SEAT generates biomethane from waste

by Autocar Pro News Desk , 16 Oct 2019

SEAT, the Volkswagen Group's competence centre for the technological development of CNG, will test the biofuel obtained from municipal landfills in its vehicles.

In line with the Volkswagen Group’s decarbonisation plan, group company SEAT is researching the possible uses of biomethane as an alternative fuel.

SEAT will participate until 2023 in the Life Landfill Biofuel project, recently approved by the European Commission, which aims to produce renewable gas from municipal landfills. The project will be developed jointly with other partners over the next four years and has a total budget of 4.3 million euros (Rs 33.63 crore), of which the European Commission will contribute 55 percent.

Andrew Shepherd, responsible for SEAT's renewable energy projects, stressed that "this project will enable us to make headway in the development and research of biomethane as a fuel. Our ultimate aim is to guarantee zero environmental impact for CO2 emissions in the entire lifecycle of vehicles."

The European Union will limit the amount of municipal waste that can be landfilled by 2035 to 10 percent. Converting waste into vehicle biofuel is one solution to this environmental challenge, which SEAT is working on with a number of Spanish partners.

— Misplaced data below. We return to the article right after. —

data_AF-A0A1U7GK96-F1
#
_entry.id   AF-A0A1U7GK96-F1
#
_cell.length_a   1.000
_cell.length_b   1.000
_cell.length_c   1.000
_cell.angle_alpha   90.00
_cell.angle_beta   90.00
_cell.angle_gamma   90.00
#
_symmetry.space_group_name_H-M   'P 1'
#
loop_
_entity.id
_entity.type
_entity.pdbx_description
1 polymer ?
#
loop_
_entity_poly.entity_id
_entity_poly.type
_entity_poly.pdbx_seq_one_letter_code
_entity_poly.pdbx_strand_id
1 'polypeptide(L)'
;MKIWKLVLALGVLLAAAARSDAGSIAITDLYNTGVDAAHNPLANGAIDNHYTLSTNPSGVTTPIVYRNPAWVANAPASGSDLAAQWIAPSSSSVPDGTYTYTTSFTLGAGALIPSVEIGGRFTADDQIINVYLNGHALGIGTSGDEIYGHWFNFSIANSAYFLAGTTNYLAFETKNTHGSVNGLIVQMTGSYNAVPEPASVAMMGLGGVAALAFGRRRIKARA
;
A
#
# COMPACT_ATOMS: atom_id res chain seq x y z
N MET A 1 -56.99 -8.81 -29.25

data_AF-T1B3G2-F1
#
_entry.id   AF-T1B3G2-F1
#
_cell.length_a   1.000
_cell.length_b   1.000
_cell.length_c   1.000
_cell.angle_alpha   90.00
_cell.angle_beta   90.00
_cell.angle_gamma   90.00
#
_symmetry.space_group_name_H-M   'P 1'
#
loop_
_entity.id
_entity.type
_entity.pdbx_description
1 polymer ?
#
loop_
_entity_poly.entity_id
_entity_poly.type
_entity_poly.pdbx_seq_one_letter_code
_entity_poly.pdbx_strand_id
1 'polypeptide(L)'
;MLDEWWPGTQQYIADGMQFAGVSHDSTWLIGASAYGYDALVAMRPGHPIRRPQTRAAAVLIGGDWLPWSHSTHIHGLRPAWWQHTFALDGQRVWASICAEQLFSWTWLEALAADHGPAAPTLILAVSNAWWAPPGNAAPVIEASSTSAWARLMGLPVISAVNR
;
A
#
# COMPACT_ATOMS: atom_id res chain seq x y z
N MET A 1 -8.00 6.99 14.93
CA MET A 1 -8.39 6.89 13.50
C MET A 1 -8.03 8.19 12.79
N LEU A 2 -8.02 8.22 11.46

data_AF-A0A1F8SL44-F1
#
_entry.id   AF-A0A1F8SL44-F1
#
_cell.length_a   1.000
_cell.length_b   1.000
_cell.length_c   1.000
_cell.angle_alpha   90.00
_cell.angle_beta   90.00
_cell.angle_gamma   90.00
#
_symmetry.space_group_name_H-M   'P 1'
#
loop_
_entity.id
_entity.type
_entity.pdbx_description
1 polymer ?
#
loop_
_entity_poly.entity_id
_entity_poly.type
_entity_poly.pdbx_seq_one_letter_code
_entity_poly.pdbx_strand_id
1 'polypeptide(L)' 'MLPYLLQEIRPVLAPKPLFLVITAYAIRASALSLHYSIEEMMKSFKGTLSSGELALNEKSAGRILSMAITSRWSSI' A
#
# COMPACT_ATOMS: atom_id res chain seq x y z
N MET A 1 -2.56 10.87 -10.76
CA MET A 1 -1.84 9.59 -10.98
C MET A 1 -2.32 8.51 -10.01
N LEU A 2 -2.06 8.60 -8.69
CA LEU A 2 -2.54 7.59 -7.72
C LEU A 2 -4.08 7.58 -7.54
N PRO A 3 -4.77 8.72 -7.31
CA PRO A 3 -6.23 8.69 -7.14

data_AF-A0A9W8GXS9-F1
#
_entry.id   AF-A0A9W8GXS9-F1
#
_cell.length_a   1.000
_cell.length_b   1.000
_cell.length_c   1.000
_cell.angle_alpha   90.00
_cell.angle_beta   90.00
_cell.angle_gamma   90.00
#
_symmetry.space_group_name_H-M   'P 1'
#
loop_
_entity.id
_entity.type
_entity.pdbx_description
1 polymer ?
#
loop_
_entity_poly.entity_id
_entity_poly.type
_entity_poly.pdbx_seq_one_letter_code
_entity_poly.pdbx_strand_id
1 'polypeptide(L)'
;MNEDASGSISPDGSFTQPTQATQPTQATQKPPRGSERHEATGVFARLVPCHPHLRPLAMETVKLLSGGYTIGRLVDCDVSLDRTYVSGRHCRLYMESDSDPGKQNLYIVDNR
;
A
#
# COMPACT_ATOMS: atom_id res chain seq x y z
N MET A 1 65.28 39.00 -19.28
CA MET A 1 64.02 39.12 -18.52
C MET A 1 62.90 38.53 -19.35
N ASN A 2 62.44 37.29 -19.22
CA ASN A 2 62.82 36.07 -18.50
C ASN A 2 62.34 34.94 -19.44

There are almost half a million landfills in Europe, so research into conversion into an energy source provides a great business opportunity. At the same time, emissions would be reduced.

There is great potential for the establishment of certificates of origin from the production of biomethane and the possibility to trade them as certificates for energy from alternative sources.

SEAT is the European car manufacturer with the broadest range of vehicles fueled with compressed natural gas (CNG). In 2018, the company tripled its sales of CNG vehicles and announced that it would increase the daily production of gas-powered vehicles from 90 to 250. In addition, SEAT is the Volkswagen Group's competence centre for the technological development of compressed natural gas as an alternative fuel.